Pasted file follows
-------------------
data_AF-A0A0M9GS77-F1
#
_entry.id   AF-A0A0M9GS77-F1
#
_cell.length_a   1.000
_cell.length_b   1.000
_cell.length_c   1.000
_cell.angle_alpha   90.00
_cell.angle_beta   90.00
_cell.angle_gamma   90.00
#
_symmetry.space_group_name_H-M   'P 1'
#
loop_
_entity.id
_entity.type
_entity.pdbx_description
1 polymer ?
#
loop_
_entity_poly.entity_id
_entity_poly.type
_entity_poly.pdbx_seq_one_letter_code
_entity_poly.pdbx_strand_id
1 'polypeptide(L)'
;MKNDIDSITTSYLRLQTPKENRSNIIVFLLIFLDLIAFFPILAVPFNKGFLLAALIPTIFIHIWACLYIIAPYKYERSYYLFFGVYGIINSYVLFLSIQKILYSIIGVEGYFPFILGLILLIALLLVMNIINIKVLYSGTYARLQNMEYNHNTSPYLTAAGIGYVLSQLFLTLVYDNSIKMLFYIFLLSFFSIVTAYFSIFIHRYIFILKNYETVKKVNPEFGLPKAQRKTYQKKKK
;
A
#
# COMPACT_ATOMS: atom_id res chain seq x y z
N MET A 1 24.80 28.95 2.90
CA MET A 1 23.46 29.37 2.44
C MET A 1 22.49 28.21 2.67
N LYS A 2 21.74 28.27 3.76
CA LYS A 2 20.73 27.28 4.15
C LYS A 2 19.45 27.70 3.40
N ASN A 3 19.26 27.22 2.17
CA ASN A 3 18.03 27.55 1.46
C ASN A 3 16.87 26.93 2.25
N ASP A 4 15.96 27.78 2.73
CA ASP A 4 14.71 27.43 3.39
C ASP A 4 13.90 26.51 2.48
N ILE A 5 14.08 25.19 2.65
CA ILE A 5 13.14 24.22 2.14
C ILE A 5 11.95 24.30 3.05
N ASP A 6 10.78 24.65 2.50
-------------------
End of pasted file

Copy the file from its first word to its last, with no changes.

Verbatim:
data_AF-A0A0M9GS77-F1
#
_entry.id   AF-A0A0M9GS77-F1
#
_cell.length_a   1.000
_cell.length_b   1.000
_cell.length_c   1.000
_cell.angle_alpha   90.00
_cell.angle_beta   90.00
_cell.angle_gamma   90.00
#
_symmetry.space_group_name_H-M   'P 1'
#
loop_
_entity.id
_entity.type
_entity.pdbx_description
1 polymer ?
#
loop_
_entity_poly.entity_id
_entity_poly.type
_entity_poly.pdbx_seq_one_letter_code
_entity_poly.pdbx_strand_id
1 'polypeptide(L)'
;MKNDIDSITTSYLRLQTPKENRSNIIVFLLIFLDLIAFFPILAVPFNKGFLLAALIPTIFIHIWACLYIIAPYKYERSYYLFFGVYGIINSYVLFLSIQKILYSIIGVEGYFPFILGLILLIALLLVMNIINIKVLYSGTYARLQNMEYNHNTSPYLTAAGIGYVLSQLFLTLVYDNSIKMLFYIFLLSFFSIVTAYFSIFIHRYIFILKNYETVKKVNPEFGLPKAQRKTYQKKKK
;
A
#
# COMPACT_ATOMS: atom_id res chain seq x y z
N MET A 1 24.80 28.95 2.90
CA MET A 1 23.46 29.37 2.44
C MET A 1 22.49 28.21 2.67
N LYS A 2 21.74 28.27 3.76
CA LYS A 2 20.73 27.28 4.15
C LYS A 2 19.45 27.70 3.40
N ASN A 3 19.26 27.22 2.17
CA ASN A 3 18.03 27.55 1.46
C ASN A 3 16.87 26.93 2.25
N ASP A 4 15.96 27.78 2.73
CA ASP A 4 14.71 27.43 3.39
C ASP A 4 13.90 26.51 2.48
N ILE A 5 14.08 25.19 2.65
CA ILE A 5 13.14 24.22 2.14
C ILE A 5 11.95 24.30 3.05
N ASP A 6 10.78 24.65 2.50